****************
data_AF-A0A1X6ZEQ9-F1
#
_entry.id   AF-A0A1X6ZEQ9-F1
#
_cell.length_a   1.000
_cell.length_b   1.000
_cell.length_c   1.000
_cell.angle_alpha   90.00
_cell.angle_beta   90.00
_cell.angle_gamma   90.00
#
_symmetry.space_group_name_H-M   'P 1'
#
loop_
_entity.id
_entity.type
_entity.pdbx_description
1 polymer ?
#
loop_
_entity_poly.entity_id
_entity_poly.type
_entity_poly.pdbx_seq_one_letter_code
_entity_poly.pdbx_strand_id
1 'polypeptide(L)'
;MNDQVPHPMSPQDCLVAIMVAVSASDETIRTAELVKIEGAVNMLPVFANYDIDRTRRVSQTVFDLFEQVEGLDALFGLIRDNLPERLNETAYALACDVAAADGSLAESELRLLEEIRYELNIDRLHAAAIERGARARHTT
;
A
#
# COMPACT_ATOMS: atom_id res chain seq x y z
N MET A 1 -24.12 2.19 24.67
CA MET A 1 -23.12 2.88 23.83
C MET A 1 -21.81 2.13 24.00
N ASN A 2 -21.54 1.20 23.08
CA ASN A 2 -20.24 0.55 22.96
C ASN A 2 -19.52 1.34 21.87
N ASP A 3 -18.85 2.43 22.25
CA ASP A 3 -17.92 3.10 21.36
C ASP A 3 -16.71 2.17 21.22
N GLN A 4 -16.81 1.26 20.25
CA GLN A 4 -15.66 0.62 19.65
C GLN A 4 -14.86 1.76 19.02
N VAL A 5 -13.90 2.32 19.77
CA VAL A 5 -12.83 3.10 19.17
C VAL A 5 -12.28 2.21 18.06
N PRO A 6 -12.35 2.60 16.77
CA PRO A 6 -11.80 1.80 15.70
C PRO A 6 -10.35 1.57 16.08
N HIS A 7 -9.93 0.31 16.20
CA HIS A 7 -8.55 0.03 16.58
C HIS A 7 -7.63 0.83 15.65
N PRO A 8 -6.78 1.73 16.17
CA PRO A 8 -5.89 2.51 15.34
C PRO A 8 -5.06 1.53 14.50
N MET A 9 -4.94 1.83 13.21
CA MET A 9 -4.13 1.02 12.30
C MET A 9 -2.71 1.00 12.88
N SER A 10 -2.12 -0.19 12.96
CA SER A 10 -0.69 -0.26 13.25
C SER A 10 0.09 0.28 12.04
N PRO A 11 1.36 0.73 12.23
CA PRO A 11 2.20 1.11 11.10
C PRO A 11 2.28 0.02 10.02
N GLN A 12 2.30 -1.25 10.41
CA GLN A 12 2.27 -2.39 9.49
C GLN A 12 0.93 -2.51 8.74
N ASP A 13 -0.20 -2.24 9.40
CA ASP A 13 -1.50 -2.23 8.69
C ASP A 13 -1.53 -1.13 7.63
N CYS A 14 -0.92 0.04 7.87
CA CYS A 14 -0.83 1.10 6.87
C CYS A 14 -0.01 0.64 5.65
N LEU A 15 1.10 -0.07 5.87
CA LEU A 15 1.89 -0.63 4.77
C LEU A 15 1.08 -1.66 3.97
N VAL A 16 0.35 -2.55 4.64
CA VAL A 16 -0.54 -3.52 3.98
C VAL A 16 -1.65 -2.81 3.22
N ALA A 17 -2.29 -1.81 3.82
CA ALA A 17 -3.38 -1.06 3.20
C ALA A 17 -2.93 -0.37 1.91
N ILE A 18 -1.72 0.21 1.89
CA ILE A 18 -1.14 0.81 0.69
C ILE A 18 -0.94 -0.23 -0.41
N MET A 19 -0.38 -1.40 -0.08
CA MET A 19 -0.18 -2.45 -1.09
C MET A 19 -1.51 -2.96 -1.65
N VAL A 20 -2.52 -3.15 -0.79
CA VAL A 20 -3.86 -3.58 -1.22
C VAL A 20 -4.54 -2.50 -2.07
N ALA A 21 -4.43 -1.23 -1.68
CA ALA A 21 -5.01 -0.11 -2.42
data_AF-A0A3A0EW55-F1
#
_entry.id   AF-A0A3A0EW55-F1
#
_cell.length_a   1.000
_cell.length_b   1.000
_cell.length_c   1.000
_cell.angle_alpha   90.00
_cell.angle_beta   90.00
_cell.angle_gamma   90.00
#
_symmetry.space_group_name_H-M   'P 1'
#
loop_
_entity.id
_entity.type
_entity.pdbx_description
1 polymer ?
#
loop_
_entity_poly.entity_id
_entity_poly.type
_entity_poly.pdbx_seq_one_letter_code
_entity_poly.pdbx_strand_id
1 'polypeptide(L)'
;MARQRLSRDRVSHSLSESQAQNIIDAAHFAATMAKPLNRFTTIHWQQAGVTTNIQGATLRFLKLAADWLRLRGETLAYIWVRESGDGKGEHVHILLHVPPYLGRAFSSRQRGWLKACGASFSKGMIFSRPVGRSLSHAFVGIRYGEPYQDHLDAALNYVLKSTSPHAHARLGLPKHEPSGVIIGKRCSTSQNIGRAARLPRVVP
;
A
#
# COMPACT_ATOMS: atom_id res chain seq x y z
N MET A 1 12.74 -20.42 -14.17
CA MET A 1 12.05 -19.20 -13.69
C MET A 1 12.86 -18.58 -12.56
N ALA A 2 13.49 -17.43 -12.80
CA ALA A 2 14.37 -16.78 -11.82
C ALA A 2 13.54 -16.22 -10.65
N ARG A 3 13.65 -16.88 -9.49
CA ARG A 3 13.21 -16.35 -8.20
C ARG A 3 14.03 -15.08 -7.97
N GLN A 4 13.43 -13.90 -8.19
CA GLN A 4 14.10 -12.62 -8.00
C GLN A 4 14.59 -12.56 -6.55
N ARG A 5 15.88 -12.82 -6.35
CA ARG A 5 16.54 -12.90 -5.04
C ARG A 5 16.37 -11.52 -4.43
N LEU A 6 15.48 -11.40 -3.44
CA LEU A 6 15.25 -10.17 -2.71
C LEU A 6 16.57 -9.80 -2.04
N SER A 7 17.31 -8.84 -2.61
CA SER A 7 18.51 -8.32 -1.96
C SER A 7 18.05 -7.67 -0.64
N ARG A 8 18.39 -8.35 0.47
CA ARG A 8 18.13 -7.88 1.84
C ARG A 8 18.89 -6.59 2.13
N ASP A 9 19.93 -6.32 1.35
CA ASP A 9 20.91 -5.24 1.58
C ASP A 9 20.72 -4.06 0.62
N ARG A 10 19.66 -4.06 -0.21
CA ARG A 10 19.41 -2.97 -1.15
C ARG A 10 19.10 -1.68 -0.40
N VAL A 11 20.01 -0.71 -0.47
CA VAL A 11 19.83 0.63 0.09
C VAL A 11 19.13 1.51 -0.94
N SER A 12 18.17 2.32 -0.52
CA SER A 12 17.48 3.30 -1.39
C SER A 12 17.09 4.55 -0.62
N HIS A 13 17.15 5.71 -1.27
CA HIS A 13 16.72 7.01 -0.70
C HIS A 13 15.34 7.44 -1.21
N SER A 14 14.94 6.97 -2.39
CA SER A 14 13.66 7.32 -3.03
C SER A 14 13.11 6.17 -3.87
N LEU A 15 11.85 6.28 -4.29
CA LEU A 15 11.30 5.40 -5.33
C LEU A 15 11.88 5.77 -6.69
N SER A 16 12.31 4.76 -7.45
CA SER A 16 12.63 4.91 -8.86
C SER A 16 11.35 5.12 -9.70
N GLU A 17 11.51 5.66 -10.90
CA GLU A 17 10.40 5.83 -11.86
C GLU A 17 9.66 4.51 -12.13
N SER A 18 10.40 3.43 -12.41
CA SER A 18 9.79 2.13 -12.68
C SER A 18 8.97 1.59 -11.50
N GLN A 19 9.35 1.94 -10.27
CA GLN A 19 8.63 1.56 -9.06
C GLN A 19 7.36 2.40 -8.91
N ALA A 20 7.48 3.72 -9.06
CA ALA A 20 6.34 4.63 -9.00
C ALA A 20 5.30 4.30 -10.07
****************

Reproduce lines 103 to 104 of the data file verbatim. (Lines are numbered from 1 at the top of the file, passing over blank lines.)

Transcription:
#
_symmetry.space_group_name_H-M   'P 1'